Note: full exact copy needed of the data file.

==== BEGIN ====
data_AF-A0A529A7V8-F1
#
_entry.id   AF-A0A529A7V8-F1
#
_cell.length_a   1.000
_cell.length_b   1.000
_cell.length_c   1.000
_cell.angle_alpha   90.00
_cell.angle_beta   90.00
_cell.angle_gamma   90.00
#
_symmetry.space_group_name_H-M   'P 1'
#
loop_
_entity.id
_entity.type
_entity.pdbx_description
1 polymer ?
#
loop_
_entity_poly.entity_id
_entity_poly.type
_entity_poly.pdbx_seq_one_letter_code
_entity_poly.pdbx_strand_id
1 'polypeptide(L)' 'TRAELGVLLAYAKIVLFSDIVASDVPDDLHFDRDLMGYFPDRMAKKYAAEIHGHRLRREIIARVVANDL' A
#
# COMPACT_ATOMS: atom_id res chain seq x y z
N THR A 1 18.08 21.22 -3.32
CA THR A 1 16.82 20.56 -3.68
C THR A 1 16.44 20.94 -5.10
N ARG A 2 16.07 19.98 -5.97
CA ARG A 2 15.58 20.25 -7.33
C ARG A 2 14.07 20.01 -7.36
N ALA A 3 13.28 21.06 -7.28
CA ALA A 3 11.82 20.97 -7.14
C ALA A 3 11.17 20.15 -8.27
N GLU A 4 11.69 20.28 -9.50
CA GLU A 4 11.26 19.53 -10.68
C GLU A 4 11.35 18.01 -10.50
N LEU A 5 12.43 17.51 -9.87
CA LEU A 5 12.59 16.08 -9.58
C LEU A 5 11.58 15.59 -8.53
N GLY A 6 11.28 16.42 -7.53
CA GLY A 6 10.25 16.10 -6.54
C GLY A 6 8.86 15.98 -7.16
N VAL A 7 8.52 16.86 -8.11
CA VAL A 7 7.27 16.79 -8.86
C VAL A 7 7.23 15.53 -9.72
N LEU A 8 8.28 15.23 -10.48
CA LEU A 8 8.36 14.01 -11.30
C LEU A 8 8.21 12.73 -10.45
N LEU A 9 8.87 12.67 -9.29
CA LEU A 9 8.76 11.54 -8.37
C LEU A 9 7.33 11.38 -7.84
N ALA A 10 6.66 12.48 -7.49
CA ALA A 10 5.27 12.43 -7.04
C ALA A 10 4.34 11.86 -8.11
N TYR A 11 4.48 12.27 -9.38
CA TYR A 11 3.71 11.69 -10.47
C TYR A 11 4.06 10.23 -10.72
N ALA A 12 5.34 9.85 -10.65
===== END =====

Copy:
data_AF-A0A529A7V8-F1
#
_entry.id   AF-A0A529A7V8-F1
#
_cell.length_a   1.000
_cell.length_b   1.000
_cell.length_c   1.000
_cell.angle_alpha   90.00
_cell.angle_beta   90.00
_cell.angle_gamma   90.00
#
_symmetry.space_group_name_H-M   'P 1'
#
loop_
_entity.id
_entity.type
_entity.pdbx_description
1 polymer ?
#
loop_
_entity_poly.entity_id
_entity_poly.type
_entity_poly.pdbx_seq_one_letter_code
_entity_poly.pdbx_strand_id
1 'polypeptide(L)' 'TRAELGVLLAYAKIVLFSDIVASDVPDDLHFDRDLMGYFPDRMAKKYAAEIHGHRLRREIIARVVANDL' A
#
# COMPACT_ATOMS: atom_id res chain seq x y z
N THR A 1 18.08 21.22 -3.32
CA THR A 1 16.82 20.56 -3.68
C THR A 1 16.44 20.94 -5.10
N ARG A 2 16.07 19.98 -5.97
CA ARG A 2 15.58 20.25 -7.33
C ARG A 2 14.07 20.01 -7.36
N ALA A 3 13.28 21.06 -7.28
CA ALA A 3 11.82 20.97 -7.14
C ALA A 3 11.17 20.15 -8.27
N GLU A 4 11.69 20.28 -9.50
CA GLU A 4 11.26 19.53 -10.68
C GLU A 4 11.35 18.01 -10.50
N LEU A 5 12.43 17.51 -9.87
CA LEU A 5 12.59 16.08 -9.58
C LEU A 5 11.58 15.59 -8.53
N GLY A 6 11.28 16.42 -7.53
CA GLY A 6 10.25 16.10 -6.54
C GLY A 6 8.86 15.98 -7.16
N VAL A 7 8.52 16.86 -8.11
CA VAL A 7 7.27 16.79 -8.86
C VAL A 7 7.23 15.53 -9.72
N LEU A 8 8.28 15.23 -10.48
CA LEU A 8 8.36 14.01 -11.30
C LEU A 8 8.21 12.73 -10.45
N LEU A 9 8.87 12.67 -9.29
CA LEU A 9 8.76 11.54 -8.37
C LEU A 9 7.33 11.38 -7.84
N ALA A 10 6.66 12.48 -7.49
CA ALA A 10 5.27 12.43 -7.04
C ALA A 10 4.34 11.86 -8.11
N TYR A 11 4.48 12.27 -9.38
CA TYR A 11 3.71 11.69 -10.47
C TYR A 11 4.06 10.23 -10.72
N ALA A 12 5.34 9.85 -10.65